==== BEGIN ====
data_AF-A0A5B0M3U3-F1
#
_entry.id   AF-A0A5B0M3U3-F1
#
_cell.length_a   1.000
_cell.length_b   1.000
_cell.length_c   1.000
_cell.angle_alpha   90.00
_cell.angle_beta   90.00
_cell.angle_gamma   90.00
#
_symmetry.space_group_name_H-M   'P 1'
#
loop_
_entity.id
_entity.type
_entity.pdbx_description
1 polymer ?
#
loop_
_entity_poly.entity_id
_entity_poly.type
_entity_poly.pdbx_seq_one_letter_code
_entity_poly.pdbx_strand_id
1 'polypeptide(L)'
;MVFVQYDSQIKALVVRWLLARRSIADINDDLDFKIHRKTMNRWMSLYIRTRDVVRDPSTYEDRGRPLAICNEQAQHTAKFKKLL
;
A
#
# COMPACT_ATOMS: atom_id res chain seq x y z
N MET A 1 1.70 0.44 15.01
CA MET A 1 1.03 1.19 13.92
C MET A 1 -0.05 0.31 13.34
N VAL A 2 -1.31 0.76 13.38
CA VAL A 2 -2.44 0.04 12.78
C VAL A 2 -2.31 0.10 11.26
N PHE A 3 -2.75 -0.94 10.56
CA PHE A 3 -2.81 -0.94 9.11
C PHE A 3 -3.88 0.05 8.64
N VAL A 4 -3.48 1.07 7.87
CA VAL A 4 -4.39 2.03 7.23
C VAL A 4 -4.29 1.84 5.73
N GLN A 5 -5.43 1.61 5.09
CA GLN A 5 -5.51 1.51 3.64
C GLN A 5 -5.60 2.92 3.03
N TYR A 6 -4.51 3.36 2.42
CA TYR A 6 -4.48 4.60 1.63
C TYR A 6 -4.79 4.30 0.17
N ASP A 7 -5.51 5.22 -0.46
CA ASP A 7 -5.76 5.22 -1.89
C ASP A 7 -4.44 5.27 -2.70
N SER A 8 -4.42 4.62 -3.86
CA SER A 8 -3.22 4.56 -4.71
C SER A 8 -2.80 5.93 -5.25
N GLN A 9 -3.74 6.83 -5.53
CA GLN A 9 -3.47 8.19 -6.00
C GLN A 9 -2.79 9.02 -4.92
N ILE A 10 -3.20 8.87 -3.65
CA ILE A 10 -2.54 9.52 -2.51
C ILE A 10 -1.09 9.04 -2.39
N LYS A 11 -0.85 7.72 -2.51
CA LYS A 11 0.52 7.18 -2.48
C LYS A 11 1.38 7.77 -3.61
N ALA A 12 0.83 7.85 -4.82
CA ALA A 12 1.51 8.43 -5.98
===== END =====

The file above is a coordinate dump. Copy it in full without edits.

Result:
data_AF-A0A5B0M3U3-F1
#
_entry.id   AF-A0A5B0M3U3-F1
#
_cell.length_a   1.000
_cell.length_b   1.000
_cell.length_c   1.000
_cell.angle_alpha   90.00
_cell.angle_beta   90.00
_cell.angle_gamma   90.00
#
_symmetry.space_group_name_H-M   'P 1'
#
loop_
_entity.id
_entity.type
_entity.pdbx_description
1 polymer ?
#
loop_
_entity_poly.entity_id
_entity_poly.type
_entity_poly.pdbx_seq_one_letter_code
_entity_poly.pdbx_strand_id
1 'polypeptide(L)'
;MVFVQYDSQIKALVVRWLLARRSIADINDDLDFKIHRKTMNRWMSLYIRTRDVVRDPSTYEDRGRPLAICNEQAQHTAKFKKLL
;
A
#
# COMPACT_ATOMS: atom_id res chain seq x y z
N MET A 1 1.70 0.44 15.01
CA MET A 1 1.03 1.19 13.92
C MET A 1 -0.05 0.31 13.34
N VAL A 2 -1.31 0.76 13.38
CA VAL A 2 -2.44 0.04 12.78
C VAL A 2 -2.31 0.10 11.26
N PHE A 3 -2.75 -0.94 10.56
CA PHE A 3 -2.81 -0.94 9.11
C PHE A 3 -3.88 0.05 8.64
N VAL A 4 -3.48 1.07 7.87
CA VAL A 4 -4.39 2.03 7.23
C VAL A 4 -4.29 1.84 5.73
N GLN A 5 -5.43 1.61 5.09
CA GLN A 5 -5.51 1.51 3.64
C GLN A 5 -5.60 2.92 3.03
N TYR A 6 -4.51 3.36 2.42
CA TYR A 6 -4.48 4.60 1.63
C TYR A 6 -4.79 4.30 0.17
N ASP A 7 -5.51 5.22 -0.46
CA ASP A 7 -5.76 5.22 -1.89
C ASP A 7 -4.44 5.27 -2.70
N SER A 8 -4.42 4.62 -3.86
CA SER A 8 -3.22 4.56 -4.71
C SER A 8 -2.80 5.93 -5.25
N GLN A 9 -3.74 6.83 -5.53
CA GLN A 9 -3.47 8.19 -6.00
C GLN A 9 -2.79 9.02 -4.92
N ILE A 10 -3.20 8.87 -3.65
CA ILE A 10 -2.54 9.52 -2.51
C ILE A 10 -1.09 9.04 -2.39
N LYS A 11 -0.85 7.72 -2.51
CA LYS A 11 0.52 7.18 -2.48
C LYS A 11 1.38 7.77 -3.61
N ALA A 12 0.83 7.85 -4.82
CA ALA A 12 1.51 8.43 -5.98